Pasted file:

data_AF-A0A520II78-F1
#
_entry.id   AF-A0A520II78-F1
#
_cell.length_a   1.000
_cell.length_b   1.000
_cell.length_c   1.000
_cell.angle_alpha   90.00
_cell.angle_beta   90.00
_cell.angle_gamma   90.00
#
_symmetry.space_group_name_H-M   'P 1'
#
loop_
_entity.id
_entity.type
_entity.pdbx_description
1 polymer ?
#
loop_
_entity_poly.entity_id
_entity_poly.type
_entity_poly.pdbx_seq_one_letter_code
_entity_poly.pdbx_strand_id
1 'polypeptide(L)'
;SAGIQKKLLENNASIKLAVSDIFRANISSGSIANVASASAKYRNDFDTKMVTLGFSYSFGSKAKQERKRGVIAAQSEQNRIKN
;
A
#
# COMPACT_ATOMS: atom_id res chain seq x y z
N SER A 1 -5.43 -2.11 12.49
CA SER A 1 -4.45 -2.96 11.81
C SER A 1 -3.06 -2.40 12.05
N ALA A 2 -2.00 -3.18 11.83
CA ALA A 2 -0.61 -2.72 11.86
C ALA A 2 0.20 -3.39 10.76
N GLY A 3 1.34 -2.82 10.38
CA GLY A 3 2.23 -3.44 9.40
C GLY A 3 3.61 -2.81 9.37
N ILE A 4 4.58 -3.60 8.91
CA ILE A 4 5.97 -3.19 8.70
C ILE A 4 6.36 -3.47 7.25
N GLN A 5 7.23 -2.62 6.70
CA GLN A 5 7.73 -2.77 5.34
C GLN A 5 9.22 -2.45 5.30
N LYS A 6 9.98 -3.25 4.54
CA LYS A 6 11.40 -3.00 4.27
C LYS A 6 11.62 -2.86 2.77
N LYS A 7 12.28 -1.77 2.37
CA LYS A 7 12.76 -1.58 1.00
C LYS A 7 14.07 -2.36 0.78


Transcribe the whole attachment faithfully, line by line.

data_AF-A0A520II78-F1
#
_entry.id   AF-A0A520II78-F1
#
_cell.length_a   1.000
_cell.length_b   1.000
_cell.length_c   1.000
_cell.angle_alpha   90.00
_cell.angle_beta   90.00
_cell.angle_gamma   90.00
#
_symmetry.space_group_name_H-M   'P 1'
#
loop_
_entity.id
_entity.type
_entity.pdbx_description
1 polymer ?
#
loop_
_entity_poly.entity_id
_entity_poly.type
_entity_poly.pdbx_seq_one_letter_code
_entity_poly.pdbx_strand_id
1 'polypeptide(L)'
;SAGIQKKLLENNASIKLAVSDIFRANISSGSIANVASASAKYRNDFDTKMVTLGFSYSFGSKAKQERKRGVIAAQSEQNRIKN
;
A
#
# COMPACT_ATOMS: atom_id res chain seq x y z
N SER A 1 -5.43 -2.11 12.49
CA SER A 1 -4.45 -2.96 11.81
C SER A 1 -3.06 -2.40 12.05
N ALA A 2 -2.00 -3.18 11.83
CA ALA A 2 -0.61 -2.72 11.86
C ALA A 2 0.20 -3.39 10.76
N GLY A 3 1.34 -2.82 10.38
CA GLY A 3 2.23 -3.44 9.40
C GLY A 3 3.61 -2.81 9.37
N ILE A 4 4.58 -3.60 8.91
CA ILE A 4 5.97 -3.19 8.70
C ILE A 4 6.36 -3.47 7.25
N GLN A 5 7.23 -2.62 6.70
CA GLN A 5 7.73 -2.77 5.34
C GLN A 5 9.22 -2.45 5.30
N LYS A 6 9.98 -3.25 4.54
CA LYS A 6 11.40 -3.00 4.27
C LYS A 6 11.62 -2.86 2.77
N LYS A 7 12.28 -1.77 2.37
CA LYS A 7 12.76 -1.58 1.00
C LYS A 7 14.07 -2.36 0.78